Several years ago Tankersley looked into purchasing a radio frequency identification (RFID) system that staff could use to automatically read information off special tags via an antenna. But the system they tried failed miserably: it couldn't read the tags well enough, especially in less-than-pristine conditions (like harsh Chicago winters). So Tankersley enlisted the help of the Segal Design Institute, which assigned the project to students in the Interdisciplinary Design Project sequence.

"Our team was made up of a mechanical engineering major, a biomedical engineering major, a manufacturing and design major, and an environmental engineering major," says Max Willer (mechanical engineering '11). "We knew nothing about RFID systems."

The students began by cold-calling RFID manufacturers to ask whether they could borrow a system to try it out, figuring it wouldn't be hard to find a charitable company willing to help out a group of students working on a project.Current plant tags

They were wrong. "It wasn't easy to get a hold of people who wanted to help," Willer says. "It took a long time."

"We weren't designing a product; we were designing a system," says Ariel Wagner (manufacturing and design engineering '10). "We had to talk to different companies and put together different products that made sense. It was the first time I had to go out into industry and convince them to work with us."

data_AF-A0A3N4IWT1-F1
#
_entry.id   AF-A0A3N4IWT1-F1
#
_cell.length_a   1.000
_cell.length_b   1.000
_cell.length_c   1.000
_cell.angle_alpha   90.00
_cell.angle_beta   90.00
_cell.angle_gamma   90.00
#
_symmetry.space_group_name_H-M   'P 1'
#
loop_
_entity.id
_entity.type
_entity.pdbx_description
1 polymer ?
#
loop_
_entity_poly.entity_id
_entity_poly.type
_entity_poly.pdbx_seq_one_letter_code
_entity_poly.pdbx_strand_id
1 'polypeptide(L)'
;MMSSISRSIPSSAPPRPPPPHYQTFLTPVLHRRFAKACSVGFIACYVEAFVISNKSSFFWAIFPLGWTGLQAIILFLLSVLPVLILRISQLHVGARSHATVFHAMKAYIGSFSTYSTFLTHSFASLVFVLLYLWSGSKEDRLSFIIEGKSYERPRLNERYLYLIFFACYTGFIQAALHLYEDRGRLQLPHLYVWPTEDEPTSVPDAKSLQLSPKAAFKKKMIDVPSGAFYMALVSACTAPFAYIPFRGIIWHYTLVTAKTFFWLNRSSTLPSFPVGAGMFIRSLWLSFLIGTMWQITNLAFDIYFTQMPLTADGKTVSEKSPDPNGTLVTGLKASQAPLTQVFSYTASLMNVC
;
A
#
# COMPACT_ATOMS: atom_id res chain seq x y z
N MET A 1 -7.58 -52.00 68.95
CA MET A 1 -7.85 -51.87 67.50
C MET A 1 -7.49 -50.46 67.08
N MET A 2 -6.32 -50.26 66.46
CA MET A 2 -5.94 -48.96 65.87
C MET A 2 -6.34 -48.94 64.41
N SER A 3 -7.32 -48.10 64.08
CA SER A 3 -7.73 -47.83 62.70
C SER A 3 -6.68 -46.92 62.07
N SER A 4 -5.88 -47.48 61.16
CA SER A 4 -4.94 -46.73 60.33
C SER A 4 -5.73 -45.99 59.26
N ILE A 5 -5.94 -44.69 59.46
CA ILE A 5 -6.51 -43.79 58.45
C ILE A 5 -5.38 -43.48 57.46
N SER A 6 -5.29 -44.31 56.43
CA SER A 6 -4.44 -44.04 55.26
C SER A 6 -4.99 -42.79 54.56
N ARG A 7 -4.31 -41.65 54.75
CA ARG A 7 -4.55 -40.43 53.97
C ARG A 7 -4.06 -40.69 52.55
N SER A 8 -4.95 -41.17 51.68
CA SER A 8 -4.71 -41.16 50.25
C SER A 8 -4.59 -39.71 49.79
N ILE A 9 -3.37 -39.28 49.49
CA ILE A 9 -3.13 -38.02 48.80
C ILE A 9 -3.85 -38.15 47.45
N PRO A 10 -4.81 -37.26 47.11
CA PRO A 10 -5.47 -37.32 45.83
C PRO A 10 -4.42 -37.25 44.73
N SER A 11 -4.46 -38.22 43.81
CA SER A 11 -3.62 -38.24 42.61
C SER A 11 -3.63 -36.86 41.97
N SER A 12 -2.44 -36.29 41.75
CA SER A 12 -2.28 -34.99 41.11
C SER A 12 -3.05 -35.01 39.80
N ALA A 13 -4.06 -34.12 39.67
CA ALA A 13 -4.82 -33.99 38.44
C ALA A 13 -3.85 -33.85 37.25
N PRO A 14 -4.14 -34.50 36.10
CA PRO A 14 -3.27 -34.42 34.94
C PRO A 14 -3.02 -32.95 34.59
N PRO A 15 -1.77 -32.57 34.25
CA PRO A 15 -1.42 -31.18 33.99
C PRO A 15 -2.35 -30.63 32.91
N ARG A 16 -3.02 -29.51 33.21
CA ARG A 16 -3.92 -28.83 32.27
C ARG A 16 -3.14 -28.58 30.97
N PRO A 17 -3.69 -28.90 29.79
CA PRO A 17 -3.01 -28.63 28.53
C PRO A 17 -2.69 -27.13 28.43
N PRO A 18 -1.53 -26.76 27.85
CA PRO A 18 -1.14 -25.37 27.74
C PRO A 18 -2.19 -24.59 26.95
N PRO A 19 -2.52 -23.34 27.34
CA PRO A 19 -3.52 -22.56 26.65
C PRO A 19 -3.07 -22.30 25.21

Finally, one company -- Omron -- agreed to let the team use an RFID reader, and William Frick and Company, a manufacturer of specialty labeling and marking products, agreed to custom-make RFID tags. The team then had to decide what type of tags to use: active tags with a broader range that require batteries or passive tags with a shorter range that require no power. The students decided active tags powered with solar cells were the answer. Then they ran into their first real-world problem: cost.

Eventually they found the best solution was a high-powered tag reader -- the kind used to ping goods on a truck as it leaves a warehouse -- with passive tags. With these tools, garden staff could walk or drive around with the reader (about the size of a laptop computer), point it at plants throughout the garden, and read the tags. The team tested the system to make sure it could pick up the tags under actual conditions  -- the problem that Tankersley had run into previously. Most plants in the garden are 10 to 20 feet from the path, and many are blocked by branches or other plants and for much of the year are covered by more than a foot of snow.